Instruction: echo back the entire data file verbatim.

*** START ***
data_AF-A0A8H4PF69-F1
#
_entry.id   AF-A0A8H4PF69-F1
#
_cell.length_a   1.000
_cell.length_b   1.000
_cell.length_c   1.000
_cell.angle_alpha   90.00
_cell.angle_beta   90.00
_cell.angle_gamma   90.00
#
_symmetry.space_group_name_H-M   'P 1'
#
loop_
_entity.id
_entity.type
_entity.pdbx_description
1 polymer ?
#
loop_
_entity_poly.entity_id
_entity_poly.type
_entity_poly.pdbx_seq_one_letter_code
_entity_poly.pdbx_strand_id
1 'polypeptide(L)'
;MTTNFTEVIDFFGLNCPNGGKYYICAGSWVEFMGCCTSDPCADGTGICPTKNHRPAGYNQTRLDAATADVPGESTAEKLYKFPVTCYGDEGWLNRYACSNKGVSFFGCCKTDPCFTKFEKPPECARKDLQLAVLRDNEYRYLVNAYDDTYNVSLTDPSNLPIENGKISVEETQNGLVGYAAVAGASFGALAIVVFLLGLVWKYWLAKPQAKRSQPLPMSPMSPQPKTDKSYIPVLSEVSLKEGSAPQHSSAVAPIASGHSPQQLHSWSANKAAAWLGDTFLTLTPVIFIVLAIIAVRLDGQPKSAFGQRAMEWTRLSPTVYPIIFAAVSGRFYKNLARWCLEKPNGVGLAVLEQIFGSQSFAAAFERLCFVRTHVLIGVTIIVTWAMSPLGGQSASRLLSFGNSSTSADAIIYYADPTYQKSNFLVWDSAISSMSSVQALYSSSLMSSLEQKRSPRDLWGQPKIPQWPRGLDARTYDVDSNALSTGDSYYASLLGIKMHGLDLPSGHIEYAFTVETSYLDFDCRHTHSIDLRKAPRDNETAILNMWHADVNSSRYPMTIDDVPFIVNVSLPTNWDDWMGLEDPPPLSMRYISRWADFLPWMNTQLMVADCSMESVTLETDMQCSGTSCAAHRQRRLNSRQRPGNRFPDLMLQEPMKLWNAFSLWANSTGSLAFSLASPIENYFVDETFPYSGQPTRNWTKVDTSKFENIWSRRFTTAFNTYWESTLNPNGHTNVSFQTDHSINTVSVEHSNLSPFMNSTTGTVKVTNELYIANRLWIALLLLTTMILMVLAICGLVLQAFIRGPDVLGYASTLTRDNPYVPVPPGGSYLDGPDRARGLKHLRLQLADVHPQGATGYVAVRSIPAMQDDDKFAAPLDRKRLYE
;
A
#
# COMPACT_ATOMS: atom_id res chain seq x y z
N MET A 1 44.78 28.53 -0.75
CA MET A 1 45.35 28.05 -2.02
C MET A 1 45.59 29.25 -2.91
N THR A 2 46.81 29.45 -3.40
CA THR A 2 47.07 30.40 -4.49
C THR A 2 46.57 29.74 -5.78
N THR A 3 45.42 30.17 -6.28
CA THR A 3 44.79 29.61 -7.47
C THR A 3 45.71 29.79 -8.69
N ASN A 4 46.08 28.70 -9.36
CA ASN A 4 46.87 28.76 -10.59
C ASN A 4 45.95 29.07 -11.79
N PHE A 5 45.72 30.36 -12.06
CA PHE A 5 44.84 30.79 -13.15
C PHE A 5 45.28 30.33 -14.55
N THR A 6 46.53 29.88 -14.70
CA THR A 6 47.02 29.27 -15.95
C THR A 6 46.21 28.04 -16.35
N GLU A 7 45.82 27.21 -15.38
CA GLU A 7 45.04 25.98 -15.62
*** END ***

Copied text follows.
data_AF-A0A8H4PF69-F1
#
_entry.id   AF-A0A8H4PF69-F1
#
_cell.length_a   1.000
_cell.length_b   1.000
_cell.length_c   1.000
_cell.angle_alpha   90.00
_cell.angle_beta   90.00
_cell.angle_gamma   90.00
#
_symmetry.space_group_name_H-M   'P 1'
#
loop_
_entity.id
_entity.type
_entity.pdbx_description
1 polymer ?
#
loop_
_entity_poly.entity_id
_entity_poly.type
_entity_poly.pdbx_seq_one_letter_code
_entity_poly.pdbx_strand_id
1 'polypeptide(L)'
;MTTNFTEVIDFFGLNCPNGGKYYICAGSWVEFMGCCTSDPCADGTGICPTKNHRPAGYNQTRLDAATADVPGESTAEKLYKFPVTCYGDEGWLNRYACSNKGVSFFGCCKTDPCFTKFEKPPECARKDLQLAVLRDNEYRYLVNAYDDTYNVSLTDPSNLPIENGKISVEETQNGLVGYAAVAGASFGALAIVVFLLGLVWKYWLAKPQAKRSQPLPMSPMSPQPKTDKSYIPVLSEVSLKEGSAPQHSSAVAPIASGHSPQQLHSWSANKAAAWLGDTFLTLTPVIFIVLAIIAVRLDGQPKSAFGQRAMEWTRLSPTVYPIIFAAVSGRFYKNLARWCLEKPNGVGLAVLEQIFGSQSFAAAFERLCFVRTHVLIGVTIIVTWAMSPLGGQSASRLLSFGNSSTSADAIIYYADPTYQKSNFLVWDSAISSMSSVQALYSSSLMSSLEQKRSPRDLWGQPKIPQWPRGLDARTYDVDSNALSTGDSYYASLLGIKMHGLDLPSGHIEYAFTVETSYLDFDCRHTHSIDLRKAPRDNETAILNMWHADVNSSRYPMTIDDVPFIVNVSLPTNWDDWMGLEDPPPLSMRYISRWADFLPWMNTQLMVADCSMESVTLETDMQCSGTSCAAHRQRRLNSRQRPGNRFPDLMLQEPMKLWNAFSLWANSTGSLAFSLASPIENYFVDETFPYSGQPTRNWTKVDTSKFENIWSRRFTTAFNTYWESTLNPNGHTNVSFQTDHSINTVSVEHSNLSPFMNSTTGTVKVTNELYIANRLWIALLLLTTMILMVLAICGLVLQAFIRGPDVLGYASTLTRDNPYVPVPPGGSYLDGPDRARGLKHLRLQLADVHPQGATGYVAVRSIPAMQDDDKFAAPLDRKRLYE
;
A
#
# COMPACT_ATOMS: atom_id res chain seq x y z
N MET A 1 44.78 28.53 -0.75
CA MET A 1 45.35 28.05 -2.02
C MET A 1 45.59 29.25 -2.91
N THR A 2 46.81 29.45 -3.40
CA THR A 2 47.07 30.40 -4.49
C THR A 2 46.57 29.74 -5.78
N THR A 3 45.42 30.17 -6.28
CA THR A 3 44.79 29.61 -7.47
C THR A 3 45.71 29.79 -8.69
N ASN A 4 46.08 28.70 -9.36
CA ASN A 4 46.87 28.76 -10.59
C ASN A 4 45.95 29.07 -11.79
N PHE A 5 45.72 30.36 -12.06
CA PHE A 5 44.84 30.79 -13.15
C PHE A 5 45.28 30.33 -14.55
N THR A 6 46.53 29.88 -14.70
CA THR A 6 47.02 29.27 -15.95
C THR A 6 46.21 28.04 -16.35
N GLU A 7 45.82 27.21 -15.38
CA GLU A 7 45.04 25.98 -15.62